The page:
In a study of more than 1,000 pregnant women, scientists at the University of Colorado Denver found that women who ate a whole-grain bread containing two teaspoons of paramecium, a nutrient found in a variety of grains, were twice as likely to get pregnant as those who ate bread made with other grains, such as white bread.
The findings were published in the January issue of the Journal of the American Medical Association.
The researchers also looked at the amount of dietary calcium, a key nutrient that is critical to a healthy baby.
In their study, researchers compared pregnant women who were taking paramecaic acid, a hormone, with those who were not.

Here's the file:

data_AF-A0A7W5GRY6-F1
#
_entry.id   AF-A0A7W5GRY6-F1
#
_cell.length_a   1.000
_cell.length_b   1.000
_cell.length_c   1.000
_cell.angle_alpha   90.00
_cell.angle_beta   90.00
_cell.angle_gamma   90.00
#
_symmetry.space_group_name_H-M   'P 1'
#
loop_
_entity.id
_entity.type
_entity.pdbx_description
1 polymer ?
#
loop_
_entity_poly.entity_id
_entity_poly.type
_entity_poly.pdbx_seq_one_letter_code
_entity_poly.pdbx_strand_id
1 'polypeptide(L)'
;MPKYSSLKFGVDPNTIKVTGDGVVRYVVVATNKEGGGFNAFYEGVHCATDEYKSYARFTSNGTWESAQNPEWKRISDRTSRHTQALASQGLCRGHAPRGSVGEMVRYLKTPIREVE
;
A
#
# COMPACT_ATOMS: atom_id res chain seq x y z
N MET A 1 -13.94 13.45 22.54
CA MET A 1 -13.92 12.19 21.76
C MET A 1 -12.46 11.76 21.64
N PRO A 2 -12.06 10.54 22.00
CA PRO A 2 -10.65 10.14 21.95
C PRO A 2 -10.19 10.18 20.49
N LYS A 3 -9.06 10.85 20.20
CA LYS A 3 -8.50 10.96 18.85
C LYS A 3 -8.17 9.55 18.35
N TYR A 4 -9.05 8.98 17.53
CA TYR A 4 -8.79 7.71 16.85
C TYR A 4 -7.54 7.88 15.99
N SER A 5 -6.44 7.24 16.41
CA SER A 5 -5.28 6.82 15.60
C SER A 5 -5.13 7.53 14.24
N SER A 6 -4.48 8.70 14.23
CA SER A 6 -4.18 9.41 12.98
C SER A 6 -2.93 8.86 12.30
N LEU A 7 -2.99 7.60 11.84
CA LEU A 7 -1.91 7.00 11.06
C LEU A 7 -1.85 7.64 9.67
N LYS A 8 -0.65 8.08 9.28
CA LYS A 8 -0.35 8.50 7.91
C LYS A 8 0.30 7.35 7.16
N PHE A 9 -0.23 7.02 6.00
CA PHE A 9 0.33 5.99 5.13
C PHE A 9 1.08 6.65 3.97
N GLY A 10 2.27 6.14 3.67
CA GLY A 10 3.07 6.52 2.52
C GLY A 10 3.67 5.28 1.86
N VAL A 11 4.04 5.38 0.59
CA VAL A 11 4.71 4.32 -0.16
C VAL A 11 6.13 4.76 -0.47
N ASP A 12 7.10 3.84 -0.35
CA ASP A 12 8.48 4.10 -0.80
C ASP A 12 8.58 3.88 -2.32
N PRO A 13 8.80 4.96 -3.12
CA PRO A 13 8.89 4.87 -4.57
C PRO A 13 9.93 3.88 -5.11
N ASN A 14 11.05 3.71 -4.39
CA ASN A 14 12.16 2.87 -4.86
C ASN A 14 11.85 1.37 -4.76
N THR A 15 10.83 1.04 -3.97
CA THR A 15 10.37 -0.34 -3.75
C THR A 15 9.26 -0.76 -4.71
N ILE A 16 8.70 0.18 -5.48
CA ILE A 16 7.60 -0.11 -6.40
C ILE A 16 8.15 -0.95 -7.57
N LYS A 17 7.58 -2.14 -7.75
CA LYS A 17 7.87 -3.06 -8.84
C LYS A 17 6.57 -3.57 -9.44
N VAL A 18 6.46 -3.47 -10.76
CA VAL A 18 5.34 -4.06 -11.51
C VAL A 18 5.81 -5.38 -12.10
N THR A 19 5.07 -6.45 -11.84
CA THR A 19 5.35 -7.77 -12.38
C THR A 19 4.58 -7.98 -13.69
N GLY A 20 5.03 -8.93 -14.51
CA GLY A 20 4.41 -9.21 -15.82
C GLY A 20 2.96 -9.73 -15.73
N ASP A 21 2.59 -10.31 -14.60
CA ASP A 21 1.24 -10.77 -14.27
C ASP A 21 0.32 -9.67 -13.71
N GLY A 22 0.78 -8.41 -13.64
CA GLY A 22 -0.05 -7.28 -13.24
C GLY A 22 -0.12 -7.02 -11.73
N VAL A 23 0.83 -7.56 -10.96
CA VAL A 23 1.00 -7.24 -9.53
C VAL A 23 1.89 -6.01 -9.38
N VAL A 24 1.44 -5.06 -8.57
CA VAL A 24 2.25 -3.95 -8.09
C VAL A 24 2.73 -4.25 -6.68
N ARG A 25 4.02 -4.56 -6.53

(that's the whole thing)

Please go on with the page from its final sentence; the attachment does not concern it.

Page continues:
Women taking paramacin, which is produced by the gut bacteria that live in the intestines of humans, were about four times more likely to give birth to a child with a healthy head and brain.
The women taking paraquavir, a non-Hodgkin’s lymphoma drug, were roughly two-thirds as likely.
Researchers found that the women who had eaten paramecoides also had a significantly higher chance of having babies with a low birth weight, according to the study.
But the difference was smaller than what would be expected given the higher amount of calcium and vitamin D in parameconics.
The authors say this could explain why women taking more paramecins have less complications and babies are more likely than those who don’t have the drug.
They also said that this is one reason why paramecia are not recommended as a birth control method.
Women are advised to use condoms for contraception, but researchers say the same goes for paramecoxides.
They said that it could be that women are using them because they think they are more effective at preventing birth defects than the condoms they use.